Did he or didn’t he conspire to fix to the 1919 World Series?  Over eighty years after the fact, there is still a sizable debate as to whether “Shoeless” Joe Jackson was involved in the “Black Sox” scandal that saw the Chicago White Sox throw the World Series for financial gain against the Cincinnati Reds. Prior to his expulsion from baseball, Jackson had already proved himself Hall of Fame worthy.  In ten full Major League seasons, Shoeless Joe had over 1,700 hits and had a career batting average of .356.  The latter remains iconic as this puts him third All…
The undisputed heavyweight of new eligible ballplayers in 2016 has to be Ken Griffey Jr. Arguably one of the best overall players in the 1990’s, Griffey brings the career numbers, individual accomplishments and what may be most important a clean record in terms of Performance Enhancing Drugs. The signs all point towards Ken Griffey Jr. entering on the first ballot of the Hall of Fame with the tainted stars he played with and as such ascends to the top of our Baseball ballot. Now let’s look at what he did! Ken Griffey Jr. was a former MVP (1997), a thirteen…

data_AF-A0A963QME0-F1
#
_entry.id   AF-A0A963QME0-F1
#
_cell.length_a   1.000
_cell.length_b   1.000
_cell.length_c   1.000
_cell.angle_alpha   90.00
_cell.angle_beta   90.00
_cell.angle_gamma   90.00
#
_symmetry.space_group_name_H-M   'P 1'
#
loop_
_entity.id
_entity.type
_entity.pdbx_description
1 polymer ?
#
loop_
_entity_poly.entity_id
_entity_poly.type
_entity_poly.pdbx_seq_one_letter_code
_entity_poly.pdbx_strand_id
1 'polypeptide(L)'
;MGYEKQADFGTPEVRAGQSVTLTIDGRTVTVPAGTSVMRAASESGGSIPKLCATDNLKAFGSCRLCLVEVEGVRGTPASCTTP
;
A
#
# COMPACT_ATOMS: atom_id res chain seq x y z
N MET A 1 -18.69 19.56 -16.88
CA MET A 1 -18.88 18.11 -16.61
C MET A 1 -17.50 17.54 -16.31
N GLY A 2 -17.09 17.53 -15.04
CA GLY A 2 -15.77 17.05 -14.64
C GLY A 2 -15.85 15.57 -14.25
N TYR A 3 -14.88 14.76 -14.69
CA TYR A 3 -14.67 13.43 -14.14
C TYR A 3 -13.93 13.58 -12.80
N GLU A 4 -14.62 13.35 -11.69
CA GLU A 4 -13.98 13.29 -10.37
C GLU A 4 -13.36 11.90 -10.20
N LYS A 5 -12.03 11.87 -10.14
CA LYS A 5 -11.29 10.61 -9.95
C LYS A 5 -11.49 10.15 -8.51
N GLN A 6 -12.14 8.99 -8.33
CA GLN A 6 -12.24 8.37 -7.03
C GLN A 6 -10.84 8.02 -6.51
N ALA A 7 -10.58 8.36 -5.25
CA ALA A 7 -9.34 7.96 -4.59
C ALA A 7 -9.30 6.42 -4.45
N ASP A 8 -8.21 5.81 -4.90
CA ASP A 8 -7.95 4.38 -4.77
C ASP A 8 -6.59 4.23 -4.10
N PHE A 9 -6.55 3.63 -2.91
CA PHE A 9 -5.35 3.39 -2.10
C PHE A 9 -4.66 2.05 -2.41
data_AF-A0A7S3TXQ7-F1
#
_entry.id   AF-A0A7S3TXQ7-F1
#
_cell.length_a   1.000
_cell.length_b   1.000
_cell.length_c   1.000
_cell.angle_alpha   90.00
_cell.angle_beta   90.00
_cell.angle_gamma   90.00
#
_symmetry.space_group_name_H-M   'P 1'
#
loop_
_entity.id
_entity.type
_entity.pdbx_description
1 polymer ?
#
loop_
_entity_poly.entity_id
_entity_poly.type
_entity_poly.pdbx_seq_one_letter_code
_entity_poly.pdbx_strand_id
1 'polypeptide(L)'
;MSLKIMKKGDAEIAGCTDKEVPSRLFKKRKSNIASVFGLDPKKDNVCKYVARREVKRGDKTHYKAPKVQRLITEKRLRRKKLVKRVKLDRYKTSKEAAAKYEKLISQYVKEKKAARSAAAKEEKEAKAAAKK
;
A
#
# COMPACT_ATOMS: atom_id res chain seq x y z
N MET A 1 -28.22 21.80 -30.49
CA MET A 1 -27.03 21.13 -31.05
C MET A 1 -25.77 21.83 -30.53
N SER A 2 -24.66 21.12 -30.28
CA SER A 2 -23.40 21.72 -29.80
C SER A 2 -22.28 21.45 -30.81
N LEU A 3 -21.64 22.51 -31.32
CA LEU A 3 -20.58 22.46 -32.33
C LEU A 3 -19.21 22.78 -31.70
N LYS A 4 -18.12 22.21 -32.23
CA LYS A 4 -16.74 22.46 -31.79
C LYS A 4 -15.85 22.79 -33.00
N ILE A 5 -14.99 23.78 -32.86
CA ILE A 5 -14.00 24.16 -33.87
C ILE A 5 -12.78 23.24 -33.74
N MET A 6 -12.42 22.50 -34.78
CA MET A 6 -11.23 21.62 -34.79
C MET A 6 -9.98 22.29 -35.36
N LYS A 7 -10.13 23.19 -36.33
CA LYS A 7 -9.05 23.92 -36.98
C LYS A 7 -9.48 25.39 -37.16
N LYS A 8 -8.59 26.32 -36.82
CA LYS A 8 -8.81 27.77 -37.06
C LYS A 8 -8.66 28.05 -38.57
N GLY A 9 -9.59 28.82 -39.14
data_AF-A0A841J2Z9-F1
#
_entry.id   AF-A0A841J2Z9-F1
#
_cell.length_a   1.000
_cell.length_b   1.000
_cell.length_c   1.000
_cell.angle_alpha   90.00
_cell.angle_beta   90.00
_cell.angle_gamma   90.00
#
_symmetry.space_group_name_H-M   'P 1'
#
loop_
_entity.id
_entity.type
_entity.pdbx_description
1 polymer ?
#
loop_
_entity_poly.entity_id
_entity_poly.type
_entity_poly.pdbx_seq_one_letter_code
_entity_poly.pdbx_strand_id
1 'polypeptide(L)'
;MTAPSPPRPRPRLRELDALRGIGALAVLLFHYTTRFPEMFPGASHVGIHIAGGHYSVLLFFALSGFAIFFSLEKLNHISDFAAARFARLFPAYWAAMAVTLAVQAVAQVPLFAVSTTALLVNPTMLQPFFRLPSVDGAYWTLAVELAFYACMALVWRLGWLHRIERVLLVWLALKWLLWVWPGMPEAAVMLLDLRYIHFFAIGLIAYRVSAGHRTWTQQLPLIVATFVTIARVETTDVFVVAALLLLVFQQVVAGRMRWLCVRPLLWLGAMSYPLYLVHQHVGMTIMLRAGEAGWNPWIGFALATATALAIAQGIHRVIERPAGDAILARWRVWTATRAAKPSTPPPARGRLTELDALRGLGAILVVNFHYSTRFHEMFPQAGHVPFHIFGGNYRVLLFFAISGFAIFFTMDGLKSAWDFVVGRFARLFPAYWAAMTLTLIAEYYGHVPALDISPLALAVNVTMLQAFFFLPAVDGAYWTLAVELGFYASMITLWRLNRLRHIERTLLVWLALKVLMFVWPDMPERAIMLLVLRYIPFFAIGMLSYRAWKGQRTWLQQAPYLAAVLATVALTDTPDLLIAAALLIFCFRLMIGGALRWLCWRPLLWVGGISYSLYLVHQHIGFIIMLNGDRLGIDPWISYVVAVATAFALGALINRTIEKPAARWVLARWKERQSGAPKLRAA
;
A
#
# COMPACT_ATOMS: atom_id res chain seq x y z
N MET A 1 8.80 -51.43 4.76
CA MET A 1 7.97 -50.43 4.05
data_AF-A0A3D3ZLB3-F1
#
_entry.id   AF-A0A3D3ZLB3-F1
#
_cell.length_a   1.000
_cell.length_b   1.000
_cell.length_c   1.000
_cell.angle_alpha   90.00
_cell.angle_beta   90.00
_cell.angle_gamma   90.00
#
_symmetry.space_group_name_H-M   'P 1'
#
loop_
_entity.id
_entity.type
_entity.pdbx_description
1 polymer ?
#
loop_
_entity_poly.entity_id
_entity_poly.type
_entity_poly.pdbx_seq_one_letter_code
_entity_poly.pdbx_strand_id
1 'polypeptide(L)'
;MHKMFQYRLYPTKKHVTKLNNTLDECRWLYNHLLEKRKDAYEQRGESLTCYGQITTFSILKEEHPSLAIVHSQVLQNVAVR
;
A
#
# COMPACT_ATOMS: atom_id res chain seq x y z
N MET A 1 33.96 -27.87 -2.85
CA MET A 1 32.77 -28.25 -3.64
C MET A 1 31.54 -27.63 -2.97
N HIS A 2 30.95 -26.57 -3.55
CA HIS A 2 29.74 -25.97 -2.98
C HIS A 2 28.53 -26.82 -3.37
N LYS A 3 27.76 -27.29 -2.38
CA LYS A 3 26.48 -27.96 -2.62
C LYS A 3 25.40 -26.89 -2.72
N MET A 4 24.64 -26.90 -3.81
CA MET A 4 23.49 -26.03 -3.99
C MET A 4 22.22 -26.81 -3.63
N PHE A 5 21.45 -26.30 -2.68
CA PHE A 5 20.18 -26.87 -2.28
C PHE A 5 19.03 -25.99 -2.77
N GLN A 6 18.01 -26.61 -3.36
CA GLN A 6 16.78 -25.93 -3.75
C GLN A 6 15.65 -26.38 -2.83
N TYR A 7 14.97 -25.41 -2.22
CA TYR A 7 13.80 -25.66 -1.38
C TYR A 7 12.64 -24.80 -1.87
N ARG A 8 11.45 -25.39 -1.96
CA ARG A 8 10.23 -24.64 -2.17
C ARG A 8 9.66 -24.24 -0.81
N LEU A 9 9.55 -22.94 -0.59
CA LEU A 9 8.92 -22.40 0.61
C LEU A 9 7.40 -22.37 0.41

Couldn’t we just say look at the previous Barry Bonds entry and say “Ditto”? Seriously, the parallels are too great to ignore. Like Bonds, Clemens may have had a Hall of Fame career before he allegedly took PEDs, and like Bonds, he dominated the steroid era as he did the decade before. He has the career statistics (353 wins and 4,672 strikeouts), the dominating seasons (seven Cy Youngs and an MVP) and two World Series Rings. “Rocket” Roger Clemens is arguably the best Pitcher in the past twenty five years.